As the number of employees that care for sick or aging parents increases, so do their claims of employer discrimination. A 2016 Family Responsibilities Discrimination Litigation Update from the University of California Hastings College of the Law documents a 650% jump in litigation involving eldercare during the previous decade.

There is no one overarching federal law that protects employees with eldercare responsibilities. Under the Family and Medical Leave Act of 1993, however, an employee who has worked for a government employer or a private employer with more than 50 employees for at least 12 months, may take up to 12 unpaid weeks of leave to care for a parent with has a serious health condition.

In certain cases, FMLA leave can be taken intermittently and upon return the employee must be restored to his or her original job, or to an equivalent job with equivalent pay and benefits. Employers are also required to continue group health insurance for employees on FMLA leave under the same terms and conditions as when they were actively at work.

Cynthia Thomas Calvert, the attorney who authored the UC Hastings report, estimates that the FMLA covers slightly more than half of the U.S. workforce. And while there is no a single federal statute that protects employees from family responsibilities discrimination (FRD), she notes that there are almost 100 state and municipal jurisdictions that have enacted legislation that expressly prohibit employment discrimination based on FRD or family status.

But she concedes that employees experiencing eldercare discrimination generally have fewer legal options than employees facing other types of FRD.

Since the Americans with Disabilities Act was amended in 2008, an increasing number of claims involving eldercare have alleged violations of the ADA’s prohibition barring discrimination against employees who associate with disabled individuals. With the amendment in place, “Temporary conditions can be considered disabilities if they are sufficiently severe,” Calvert says. “Previously if your mother fell and broke her hip, that would be considered temporary and did not qualify as a disability under the ADA.”

The protection afforded by the statute is flimsy, however, since employers are not required to give employees any special accommodation due to their responsibilities for disabled relatives. As a result, most claims involving eldercare are brought under the FMLA or a comparable state law. For example:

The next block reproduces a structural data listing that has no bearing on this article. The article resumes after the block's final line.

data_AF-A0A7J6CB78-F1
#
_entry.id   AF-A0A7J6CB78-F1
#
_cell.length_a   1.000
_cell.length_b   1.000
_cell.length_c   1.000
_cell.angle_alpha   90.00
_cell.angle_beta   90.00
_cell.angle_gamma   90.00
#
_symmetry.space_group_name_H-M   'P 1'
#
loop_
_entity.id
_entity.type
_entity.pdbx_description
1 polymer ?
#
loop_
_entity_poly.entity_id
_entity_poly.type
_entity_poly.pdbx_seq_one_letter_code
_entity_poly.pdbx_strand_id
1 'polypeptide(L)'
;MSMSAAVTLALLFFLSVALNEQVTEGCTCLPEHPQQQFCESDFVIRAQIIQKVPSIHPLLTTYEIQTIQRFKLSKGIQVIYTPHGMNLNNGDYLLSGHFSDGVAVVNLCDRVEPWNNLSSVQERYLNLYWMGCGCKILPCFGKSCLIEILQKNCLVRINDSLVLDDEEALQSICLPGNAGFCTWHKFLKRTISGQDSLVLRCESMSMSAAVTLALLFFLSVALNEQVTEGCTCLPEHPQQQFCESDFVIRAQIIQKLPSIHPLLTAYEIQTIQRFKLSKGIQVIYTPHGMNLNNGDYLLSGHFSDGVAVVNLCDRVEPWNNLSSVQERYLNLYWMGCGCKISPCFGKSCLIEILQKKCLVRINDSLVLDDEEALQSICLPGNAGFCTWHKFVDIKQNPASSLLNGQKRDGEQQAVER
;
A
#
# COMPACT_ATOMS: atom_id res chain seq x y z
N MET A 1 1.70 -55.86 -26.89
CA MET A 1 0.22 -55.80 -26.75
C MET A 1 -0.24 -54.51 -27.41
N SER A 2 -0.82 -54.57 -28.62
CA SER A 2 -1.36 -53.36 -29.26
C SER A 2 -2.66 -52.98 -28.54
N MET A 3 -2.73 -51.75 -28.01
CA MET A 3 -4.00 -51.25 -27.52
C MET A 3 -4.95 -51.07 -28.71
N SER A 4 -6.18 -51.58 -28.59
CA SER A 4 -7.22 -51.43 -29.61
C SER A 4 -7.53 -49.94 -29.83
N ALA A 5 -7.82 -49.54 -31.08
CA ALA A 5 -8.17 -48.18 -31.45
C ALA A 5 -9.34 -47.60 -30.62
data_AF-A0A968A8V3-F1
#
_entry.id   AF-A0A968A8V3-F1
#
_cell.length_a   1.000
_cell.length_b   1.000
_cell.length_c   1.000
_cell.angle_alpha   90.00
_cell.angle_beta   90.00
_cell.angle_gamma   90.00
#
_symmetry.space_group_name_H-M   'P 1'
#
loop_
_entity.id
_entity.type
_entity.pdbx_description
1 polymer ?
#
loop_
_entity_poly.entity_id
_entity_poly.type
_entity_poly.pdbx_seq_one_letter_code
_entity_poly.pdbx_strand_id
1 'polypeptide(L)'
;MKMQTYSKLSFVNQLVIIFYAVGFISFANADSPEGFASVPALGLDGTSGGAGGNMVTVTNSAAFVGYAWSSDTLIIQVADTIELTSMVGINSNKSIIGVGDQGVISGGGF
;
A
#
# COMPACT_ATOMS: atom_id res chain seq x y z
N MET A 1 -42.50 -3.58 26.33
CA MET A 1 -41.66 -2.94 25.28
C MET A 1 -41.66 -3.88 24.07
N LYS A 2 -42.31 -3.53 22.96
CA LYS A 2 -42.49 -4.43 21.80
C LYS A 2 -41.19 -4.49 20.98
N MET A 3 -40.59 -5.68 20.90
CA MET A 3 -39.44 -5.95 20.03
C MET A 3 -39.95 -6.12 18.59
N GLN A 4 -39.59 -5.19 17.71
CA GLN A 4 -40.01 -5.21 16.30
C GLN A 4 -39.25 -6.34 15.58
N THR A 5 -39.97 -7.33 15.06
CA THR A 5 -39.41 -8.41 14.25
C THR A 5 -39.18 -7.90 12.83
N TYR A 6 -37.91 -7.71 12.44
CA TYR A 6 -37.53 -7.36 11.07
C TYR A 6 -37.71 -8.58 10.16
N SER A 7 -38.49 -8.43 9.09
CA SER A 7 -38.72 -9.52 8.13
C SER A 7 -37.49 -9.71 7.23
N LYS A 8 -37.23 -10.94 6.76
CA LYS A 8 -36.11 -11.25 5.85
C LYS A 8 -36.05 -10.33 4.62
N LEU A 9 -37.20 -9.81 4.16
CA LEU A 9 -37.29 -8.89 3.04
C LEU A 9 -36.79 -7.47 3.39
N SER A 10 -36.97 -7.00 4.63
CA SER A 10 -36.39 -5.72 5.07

· Some claims allege interference with statutory rights, such as denying an employee leave, discouraging leave or failing to reinstate an employee to her original position, once the leave is over.
· Others concern retaliation for having taken a leave, including negative evaluations, harassment, demotion and termination.
· Employees have also brought claims of emotional distress, wrongful discharge, breach of contract, defamation and negligence.
“Even though the FMLA and the ADA don’t allow for a lot of damages, additional claims for emotional distress, where damages are not capped, can really inflate the awards,” explains Calvert.

Most civil cases are settled in confidence, making it often difficult to track the amounts of the settlements., In 2002, however, a jury awarded $11.65 million to a 26-year-old hospital maintenance worker who was fired while caring for both his father, who had Alzheimer’s, and his mother, who suffered from congestive heart problems and severe diabetes. The case was later settled on appeal.

Implications for employers

Even when employees do not go to court and win big awards, poor treatment of workers who need time off to care for sick relatives can backfire on employers.

“Employers should fear workplace disruption. If you have a caregiver who is being poorly treated by a supervisor, everyone knows about it,” Calvert warns. “They could be thinking to themselves, ‘I may be a caregiver someday; should I look for another job?’” Likewise, a reputation for such treatment can make it harder to recruit and damage the business’ brand.

To prevent such incidents, Calvert recommends that her clients ready a work coverage plan for each of their employees, “so they will be prepared if anyone has to be away for two or three months, whatever the reason.”

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